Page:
If legalizing marijuana is the first step in stopping this ridiculous waste of money, then lets get started. Congratulations to the president of Uruguay. The Czar of drugs at the u.n. is unhappy. well too bad. so am I, but that isn't going to change much. the u.n. might want to focus on poverty, war, things such as that. A country legalizing marijuana is simply doing what is best for their country., The cartels need to go. The have caused much trouble in the world. The only way to rid the economy of them is to eliminate the trade in drugs. if they are legal, well the government can at least tax it. Legalization will not lead to early addiction. Just about everybody tries booze but not all get addicted. Addiction is frequently a generic issue combined with social issues. Happy, well adjusted people usually don't take up long term use of drugs and/or alcohol. people may over indulge from time to time, but addiction, no that comes with misery and people looking for an escape. Yes, the President of Uruguay deserves a Nobel Peace Prize.

    1. hi e.a.f…. I must say I was appalled to see the United Nations getting involved. I had no idea that the U.N. could support such a reactionary anti-drug crusade. It will be interesting to see how the Uruguayan experiment works. I'm hoping it's a big success and inspires others to do the same. Somebody has to break the cycle of failure, and try something new….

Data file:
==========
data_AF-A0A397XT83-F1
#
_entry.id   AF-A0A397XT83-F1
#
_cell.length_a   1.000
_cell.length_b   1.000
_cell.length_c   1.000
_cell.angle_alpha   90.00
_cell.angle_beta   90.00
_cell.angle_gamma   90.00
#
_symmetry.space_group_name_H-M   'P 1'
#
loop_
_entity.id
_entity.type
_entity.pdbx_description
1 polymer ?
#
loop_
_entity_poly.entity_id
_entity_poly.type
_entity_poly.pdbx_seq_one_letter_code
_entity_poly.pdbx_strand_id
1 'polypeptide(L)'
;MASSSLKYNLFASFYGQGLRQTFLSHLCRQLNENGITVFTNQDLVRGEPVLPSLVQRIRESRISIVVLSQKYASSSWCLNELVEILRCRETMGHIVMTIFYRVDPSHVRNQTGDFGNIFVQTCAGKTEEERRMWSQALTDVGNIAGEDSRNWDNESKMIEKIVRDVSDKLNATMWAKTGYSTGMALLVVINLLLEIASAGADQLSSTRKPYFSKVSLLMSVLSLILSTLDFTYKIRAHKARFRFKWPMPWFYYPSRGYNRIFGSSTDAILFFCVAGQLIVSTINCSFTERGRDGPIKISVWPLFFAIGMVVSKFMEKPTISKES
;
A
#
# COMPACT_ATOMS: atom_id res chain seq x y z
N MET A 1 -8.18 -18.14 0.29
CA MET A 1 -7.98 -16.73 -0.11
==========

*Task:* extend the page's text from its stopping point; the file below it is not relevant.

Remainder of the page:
3. I like Mujica for lots of reasons. His tiny country is right between gigantic Brazil and Argentina. And then there is Manuela, his three-legged doggie! She is a little "perra raza perro", that is generic doggie, or a mutt. They are inseparable.

    I hope to visit Uruguay one day; I have friends there, also in Argentina and Chile.

    1. hi lagatta….I have actually visited the country, been to Montevideo the capital and Punta Del Este a seaside resort. I thought it was a beautiful little place and it has a long history as a progressive country. It brought in medicare, about forty years before we did, as well as free university education, and although it's a Catholic country it secularized every religious holiday so Christmas is known as the Day of the Family etc etc. Finally, along with Argentina it has the best BBQs in the world, and of course as soon as I saw Mujica had Manuela I loved him immediately…;)